Causes Of Atherosclerosis

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Atherosclerosis is a slowly progressing inflammatory disease of the cardiovascular system.
It is characterized by the deposition of fatty streaks, which are thin, flat discolourations in the arteries that can enlarge and become thicker as they grow in length1.
Over time, the arteries may develop fibrous atheromatous plaque2. The plaque initially begins as a whitish-grey coating lining the artery. As the plaque increases in size, the artery can become very narrow and blocked3. This can block blood flow and obstruct circulation. Hard plaque formations can cause the arteries to become stiff and inflexible, the main contributor to cardiovascular disease4. Softer plaque formations are more likely to break-free and cause a blood clot, which can block
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There are many long term complications that could result depending on the location of the plaque build up, as stated above.
Heart failure can occur, with myocardial Infarction being the most common. Myocardial Infarction happens when the flow of oxygen-rich blood to a section of heart muscle suddenly becomes blocked and the heart can 't get oxygen19. If blood flow isn 't restored quickly, the section of heart muscle begins to die20.
Other long term complications include: abnormal heart rhythms, stroke, poor blood supply to certain parts of the body, from the legs to the intestines, kidney failure and death21.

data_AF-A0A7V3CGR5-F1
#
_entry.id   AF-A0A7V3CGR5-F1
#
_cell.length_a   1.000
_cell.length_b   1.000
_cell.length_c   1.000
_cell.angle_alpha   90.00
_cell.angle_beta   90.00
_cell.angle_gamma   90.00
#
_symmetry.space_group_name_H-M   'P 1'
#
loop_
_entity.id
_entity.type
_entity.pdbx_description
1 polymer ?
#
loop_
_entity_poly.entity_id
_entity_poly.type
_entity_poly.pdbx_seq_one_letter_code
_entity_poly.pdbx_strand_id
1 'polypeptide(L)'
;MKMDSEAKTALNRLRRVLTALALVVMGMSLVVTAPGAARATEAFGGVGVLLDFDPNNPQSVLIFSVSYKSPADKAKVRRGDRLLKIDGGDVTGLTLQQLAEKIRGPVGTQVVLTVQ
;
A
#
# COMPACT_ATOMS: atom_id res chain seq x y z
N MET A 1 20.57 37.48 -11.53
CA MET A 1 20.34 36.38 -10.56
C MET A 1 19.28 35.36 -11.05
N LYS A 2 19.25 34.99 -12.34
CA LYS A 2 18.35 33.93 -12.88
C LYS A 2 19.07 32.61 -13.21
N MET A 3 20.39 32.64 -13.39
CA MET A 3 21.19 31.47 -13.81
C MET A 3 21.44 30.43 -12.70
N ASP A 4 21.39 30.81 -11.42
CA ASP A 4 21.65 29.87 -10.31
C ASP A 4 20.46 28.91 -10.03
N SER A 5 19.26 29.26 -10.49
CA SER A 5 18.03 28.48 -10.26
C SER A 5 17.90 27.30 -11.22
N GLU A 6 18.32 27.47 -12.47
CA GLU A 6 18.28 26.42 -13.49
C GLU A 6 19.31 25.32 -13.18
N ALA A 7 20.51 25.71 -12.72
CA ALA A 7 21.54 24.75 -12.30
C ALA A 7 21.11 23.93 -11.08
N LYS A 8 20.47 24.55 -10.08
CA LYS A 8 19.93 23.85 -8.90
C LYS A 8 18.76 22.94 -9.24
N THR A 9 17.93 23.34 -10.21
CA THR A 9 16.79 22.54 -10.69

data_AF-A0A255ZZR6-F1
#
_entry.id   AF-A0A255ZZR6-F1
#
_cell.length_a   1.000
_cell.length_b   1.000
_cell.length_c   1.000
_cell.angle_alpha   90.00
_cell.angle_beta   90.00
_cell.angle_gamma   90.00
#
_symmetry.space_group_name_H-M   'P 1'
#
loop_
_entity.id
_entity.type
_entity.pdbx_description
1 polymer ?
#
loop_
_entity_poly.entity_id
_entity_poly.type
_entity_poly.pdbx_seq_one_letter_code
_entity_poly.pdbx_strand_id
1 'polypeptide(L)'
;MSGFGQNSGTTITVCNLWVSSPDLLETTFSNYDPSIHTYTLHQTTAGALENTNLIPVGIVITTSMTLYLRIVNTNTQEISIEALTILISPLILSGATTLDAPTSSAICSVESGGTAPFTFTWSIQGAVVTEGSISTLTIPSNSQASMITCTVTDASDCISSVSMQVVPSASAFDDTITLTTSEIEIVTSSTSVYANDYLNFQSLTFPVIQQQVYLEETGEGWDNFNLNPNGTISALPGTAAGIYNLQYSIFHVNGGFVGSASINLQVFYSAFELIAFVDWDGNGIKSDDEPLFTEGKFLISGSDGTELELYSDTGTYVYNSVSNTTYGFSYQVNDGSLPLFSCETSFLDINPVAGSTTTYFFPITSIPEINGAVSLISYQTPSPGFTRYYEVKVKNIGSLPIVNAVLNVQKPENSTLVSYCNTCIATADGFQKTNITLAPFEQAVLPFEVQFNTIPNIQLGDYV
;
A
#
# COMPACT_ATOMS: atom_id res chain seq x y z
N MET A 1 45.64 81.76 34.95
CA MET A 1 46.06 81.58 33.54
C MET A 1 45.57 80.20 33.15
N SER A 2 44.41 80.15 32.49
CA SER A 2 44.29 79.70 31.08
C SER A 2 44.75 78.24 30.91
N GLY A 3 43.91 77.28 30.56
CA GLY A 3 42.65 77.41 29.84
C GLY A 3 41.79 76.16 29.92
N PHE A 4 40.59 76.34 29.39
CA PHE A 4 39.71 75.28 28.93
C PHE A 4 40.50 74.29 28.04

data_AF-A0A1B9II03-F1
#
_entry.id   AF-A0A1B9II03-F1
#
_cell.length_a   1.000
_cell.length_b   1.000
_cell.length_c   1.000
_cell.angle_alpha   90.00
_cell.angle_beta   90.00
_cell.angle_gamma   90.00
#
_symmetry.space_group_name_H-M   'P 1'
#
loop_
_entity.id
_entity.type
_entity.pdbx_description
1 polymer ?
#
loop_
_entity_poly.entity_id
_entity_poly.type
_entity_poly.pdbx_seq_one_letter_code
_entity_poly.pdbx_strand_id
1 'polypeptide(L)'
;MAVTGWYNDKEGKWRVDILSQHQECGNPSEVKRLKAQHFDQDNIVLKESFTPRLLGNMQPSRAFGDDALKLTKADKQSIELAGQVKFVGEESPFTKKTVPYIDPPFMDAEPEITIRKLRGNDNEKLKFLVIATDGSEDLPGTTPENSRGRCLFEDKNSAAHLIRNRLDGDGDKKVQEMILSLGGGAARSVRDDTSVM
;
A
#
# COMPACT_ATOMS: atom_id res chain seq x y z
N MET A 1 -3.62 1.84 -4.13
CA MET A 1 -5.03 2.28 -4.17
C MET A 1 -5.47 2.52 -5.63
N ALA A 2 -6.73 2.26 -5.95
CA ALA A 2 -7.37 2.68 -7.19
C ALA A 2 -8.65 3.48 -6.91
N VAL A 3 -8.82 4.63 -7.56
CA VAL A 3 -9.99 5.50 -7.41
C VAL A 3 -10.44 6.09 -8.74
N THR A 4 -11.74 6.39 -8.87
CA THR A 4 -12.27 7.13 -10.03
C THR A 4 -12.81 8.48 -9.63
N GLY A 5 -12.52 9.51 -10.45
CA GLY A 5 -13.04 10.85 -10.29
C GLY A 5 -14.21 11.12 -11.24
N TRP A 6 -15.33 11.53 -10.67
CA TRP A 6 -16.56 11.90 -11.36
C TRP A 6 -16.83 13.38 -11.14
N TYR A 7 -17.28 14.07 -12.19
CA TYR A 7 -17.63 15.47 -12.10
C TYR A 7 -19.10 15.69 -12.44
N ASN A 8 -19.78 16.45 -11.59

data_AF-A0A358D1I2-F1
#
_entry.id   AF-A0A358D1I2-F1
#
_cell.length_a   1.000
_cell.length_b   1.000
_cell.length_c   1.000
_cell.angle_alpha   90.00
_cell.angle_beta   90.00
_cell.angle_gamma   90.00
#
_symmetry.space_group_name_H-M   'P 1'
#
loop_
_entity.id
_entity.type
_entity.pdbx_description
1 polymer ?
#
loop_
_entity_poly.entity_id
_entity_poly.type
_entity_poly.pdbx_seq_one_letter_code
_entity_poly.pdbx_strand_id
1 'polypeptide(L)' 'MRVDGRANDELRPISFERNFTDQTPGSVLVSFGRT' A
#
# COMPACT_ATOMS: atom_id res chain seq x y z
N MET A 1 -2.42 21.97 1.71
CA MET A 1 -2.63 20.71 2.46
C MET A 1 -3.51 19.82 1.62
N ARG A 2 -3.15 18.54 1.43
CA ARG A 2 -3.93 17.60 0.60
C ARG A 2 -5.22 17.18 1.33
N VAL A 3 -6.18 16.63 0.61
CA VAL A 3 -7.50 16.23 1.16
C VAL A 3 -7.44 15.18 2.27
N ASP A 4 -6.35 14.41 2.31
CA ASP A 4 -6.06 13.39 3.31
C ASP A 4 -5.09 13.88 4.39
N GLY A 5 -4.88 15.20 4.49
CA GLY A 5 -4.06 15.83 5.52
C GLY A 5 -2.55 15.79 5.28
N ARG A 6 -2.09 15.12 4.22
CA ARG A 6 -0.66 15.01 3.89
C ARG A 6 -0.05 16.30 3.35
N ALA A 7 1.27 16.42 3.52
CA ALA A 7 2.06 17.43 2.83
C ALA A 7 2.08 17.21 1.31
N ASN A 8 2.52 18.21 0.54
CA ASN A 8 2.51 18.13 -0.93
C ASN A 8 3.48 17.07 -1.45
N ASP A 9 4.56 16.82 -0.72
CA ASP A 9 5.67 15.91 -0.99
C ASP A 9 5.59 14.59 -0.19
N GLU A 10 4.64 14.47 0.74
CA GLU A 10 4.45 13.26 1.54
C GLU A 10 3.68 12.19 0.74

Signi ficant Causative Factors
There are many causative factors that contribute to the development of atherosclerosis. This summary will touch only on major contributors to this disease. This includes, contributory causes, such as smoking, alcohol consumption and poor dietary choices; specific causes, such as high homocysteine; and predisposing factors, such as family history and age.
It is a well known fact that smoking is a major contributor to many human diseases. According to
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Some experiments have even found that margarine raises blood fat levels34.
Nitrates and nitrites, found in cured and preserved meats, react to form nitrosamine in the gastrointestinal tract35. Nitrosamines create free radicals that have been linked to a variety of serious human illnesses, as well as atherosclerosis. In humans, nitrosamine produce metabolic intermediates which are capable of altering DNA, affecting not only proper cardiovascular function, but many other bodily functions as well36.
There is increased evidence that high levels of homocysteine, a toxic amino acid produced by the catabolism of methionine, is associated with an increased risk of developing atherosclerosis. Elevated homocysteine promotes atherosclerosis through increased oxidant stress, impaired endothelial function, and induction of thrombosis37.
Growing older also increases your risk for atherosclerosis, mainly because bodily function isn 't as optimal compared to those under the age of 30. In men, the risk increases after age 45. In women, the risk increases after age 5538.
Family history can almost determine a predisposition to heart disease. Your risk for atherosclerosis increases if your father or a brother was diagnosed with heart disease before 55 years of age, or

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